The agreement, signed was inked by China's Commerce Minister Chen Deming and his New Zealand counterpart Phil Goff at the Great Hall of the People, and was witnessed by New Zealand Prime Minister Helen Clark and her Chinese counterpart Wen Jiabao. It came after nearly four years of negotiations between the two sides.
"This is an historic day for China-New Zealand relations. The signing and implementation of the China-New Zealand free trade agreement will bring our friendly relationship even closer and deliver tangible benefits to both our countries," Xinhua and the Sydney Morning Herald quoted Jiabao, as saying.
Clark said: "It was with a great sense of ambition that we embarked on this particular phase of the relationship. Thanks to considerable efforts by you, President Hu (Jintao), your government and our government, we're at this extraordinary moment today."
New Zealand Trade Minister Phil Goff, who is travelling with Clark, emphasised the historic nature of the agreement.
"Being the first developed country to sign a comprehensive FTA with China is an enormous achievement for New Zealand," he said.
"By reducing barriers to trade in goods, services and investment in China, the FTA will give New Zealand businesses a distinct advantage over competitors into that market."
Two-way trade between the two nations hit 7.54 billion New Zealand US dollars (5.94 billion US dollars) in 2007, according to official estimates from Auckland, although the final data has not yet been released.
With the new deal, bilateral trade is expected to grow in the coming years, while tariffs across the board on both sides will be gradually reduced over time, government officials said.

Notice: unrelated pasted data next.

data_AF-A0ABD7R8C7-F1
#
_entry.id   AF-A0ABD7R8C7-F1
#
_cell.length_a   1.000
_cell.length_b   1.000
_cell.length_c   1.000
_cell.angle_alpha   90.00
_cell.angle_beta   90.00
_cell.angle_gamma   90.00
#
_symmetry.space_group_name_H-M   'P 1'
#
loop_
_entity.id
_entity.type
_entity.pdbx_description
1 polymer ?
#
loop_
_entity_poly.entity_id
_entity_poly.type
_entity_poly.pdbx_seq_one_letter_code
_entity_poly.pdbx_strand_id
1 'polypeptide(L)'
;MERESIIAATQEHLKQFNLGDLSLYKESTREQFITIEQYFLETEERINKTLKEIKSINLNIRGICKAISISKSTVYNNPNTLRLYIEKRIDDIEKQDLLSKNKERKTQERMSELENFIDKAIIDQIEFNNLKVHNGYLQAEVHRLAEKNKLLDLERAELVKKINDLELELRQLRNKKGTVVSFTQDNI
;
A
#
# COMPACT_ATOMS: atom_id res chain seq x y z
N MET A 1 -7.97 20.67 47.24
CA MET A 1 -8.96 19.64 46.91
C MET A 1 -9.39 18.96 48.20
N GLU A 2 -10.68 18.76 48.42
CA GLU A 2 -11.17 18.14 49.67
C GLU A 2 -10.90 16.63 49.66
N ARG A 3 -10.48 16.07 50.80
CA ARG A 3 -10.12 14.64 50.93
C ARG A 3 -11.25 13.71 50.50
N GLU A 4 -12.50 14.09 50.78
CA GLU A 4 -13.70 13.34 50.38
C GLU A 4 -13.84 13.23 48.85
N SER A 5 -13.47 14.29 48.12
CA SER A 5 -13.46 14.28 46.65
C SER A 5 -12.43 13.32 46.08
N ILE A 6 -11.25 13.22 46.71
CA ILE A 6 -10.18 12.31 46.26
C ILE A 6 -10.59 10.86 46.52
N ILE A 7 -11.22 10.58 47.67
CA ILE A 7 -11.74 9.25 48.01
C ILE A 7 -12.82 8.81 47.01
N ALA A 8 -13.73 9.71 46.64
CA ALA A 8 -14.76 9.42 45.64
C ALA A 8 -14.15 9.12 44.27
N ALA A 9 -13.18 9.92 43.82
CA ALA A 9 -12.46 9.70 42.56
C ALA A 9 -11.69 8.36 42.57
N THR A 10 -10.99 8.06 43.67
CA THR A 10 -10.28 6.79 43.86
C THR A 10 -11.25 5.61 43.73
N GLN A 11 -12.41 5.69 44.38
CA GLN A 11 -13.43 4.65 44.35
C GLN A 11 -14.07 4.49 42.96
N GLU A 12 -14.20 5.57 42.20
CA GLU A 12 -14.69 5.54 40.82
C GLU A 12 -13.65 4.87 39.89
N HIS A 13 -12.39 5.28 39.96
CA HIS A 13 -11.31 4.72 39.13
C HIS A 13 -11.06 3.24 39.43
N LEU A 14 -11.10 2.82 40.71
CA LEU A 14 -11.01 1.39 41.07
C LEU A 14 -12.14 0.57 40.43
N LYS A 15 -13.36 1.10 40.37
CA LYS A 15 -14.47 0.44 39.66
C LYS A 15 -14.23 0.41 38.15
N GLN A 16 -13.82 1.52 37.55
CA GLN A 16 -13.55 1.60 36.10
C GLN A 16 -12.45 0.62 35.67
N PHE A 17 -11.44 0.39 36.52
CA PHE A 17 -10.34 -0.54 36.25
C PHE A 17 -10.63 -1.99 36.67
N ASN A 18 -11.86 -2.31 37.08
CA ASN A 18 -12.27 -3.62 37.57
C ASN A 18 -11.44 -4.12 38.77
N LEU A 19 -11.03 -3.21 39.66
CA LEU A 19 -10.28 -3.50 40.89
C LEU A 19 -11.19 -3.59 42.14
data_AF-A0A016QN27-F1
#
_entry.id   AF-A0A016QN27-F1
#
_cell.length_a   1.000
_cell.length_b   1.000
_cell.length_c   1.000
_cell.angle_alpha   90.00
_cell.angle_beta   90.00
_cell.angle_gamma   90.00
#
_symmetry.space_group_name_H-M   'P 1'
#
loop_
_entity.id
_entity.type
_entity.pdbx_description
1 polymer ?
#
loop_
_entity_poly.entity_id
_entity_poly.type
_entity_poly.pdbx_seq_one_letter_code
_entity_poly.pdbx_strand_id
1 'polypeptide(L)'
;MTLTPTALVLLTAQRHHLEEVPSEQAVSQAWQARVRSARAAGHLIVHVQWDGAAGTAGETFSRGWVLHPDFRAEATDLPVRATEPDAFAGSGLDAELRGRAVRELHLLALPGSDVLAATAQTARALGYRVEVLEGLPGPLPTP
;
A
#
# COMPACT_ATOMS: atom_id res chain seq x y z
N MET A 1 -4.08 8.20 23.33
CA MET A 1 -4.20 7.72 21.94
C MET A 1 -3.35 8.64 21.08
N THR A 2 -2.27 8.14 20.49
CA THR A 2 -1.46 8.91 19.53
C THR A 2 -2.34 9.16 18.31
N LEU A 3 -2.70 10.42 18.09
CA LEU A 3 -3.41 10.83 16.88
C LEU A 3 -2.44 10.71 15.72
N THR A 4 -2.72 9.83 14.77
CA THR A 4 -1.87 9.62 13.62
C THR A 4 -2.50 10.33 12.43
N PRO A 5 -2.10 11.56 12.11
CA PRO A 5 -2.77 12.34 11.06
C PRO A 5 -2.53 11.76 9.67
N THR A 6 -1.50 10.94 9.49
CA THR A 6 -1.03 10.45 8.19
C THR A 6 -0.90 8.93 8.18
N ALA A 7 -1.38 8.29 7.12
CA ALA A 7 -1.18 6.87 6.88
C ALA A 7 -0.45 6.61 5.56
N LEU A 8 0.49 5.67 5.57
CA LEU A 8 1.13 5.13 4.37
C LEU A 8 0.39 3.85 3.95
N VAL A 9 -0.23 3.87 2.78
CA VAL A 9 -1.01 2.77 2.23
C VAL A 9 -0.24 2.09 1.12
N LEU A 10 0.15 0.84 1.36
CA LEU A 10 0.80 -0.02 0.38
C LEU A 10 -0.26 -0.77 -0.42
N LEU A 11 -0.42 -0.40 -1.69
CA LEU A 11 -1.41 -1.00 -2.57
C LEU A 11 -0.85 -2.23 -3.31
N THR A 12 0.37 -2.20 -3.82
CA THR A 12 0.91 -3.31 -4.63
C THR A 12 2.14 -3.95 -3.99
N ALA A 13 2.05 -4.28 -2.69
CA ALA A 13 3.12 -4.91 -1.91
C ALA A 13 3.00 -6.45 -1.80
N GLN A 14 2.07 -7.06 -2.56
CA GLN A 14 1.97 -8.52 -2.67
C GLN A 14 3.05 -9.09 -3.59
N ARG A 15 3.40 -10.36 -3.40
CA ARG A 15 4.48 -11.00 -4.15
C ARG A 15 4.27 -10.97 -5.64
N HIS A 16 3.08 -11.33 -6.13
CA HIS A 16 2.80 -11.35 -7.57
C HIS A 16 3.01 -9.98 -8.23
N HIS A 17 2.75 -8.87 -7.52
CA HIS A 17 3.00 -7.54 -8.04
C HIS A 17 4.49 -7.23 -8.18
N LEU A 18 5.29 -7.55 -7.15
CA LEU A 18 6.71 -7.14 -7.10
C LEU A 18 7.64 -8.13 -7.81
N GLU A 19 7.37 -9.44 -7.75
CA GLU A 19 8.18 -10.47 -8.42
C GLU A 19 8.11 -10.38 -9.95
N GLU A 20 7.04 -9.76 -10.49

Clark, who is on a three-day official visit to China with 150-member trade delegation, said: "China is already our third-largest trading partner and a fast-growing export market for us."
Goff said New Zealand exports to China are projected to grow between New Zealand dollars 225 million and New Zealand dollars 350 million a year.
Currently, major New Zealand exporters face tariff barriers in China of between 10 percent and 20 percent, he said.
"By reducing barriers to trade in goods, services and investment in China, the FTA will give New Zealand businesses a distinct advantage over competitors into that market," Goff said.
Goff said given that New Zealand is ranked 50th in size for Chinese exports, not to have achieved an early agreement with China could well have resulted in New Zealand being much further down the list for negotiations, and New Zealand exporters being in a position of disadvantage against competitors.
China and New Zealand began 15 rounds of detailed negotiations for the agreement in July 2004.
The agreement covers not just merchandise trade but also services. China sends more students to study in New Zealand than any other country and is its fourth-largest source of tourists.
China has so far signed six FTAs with countries and regions including Chile and Pakistan; and is at talks with a host of nations including Peru, Iceland and Australia.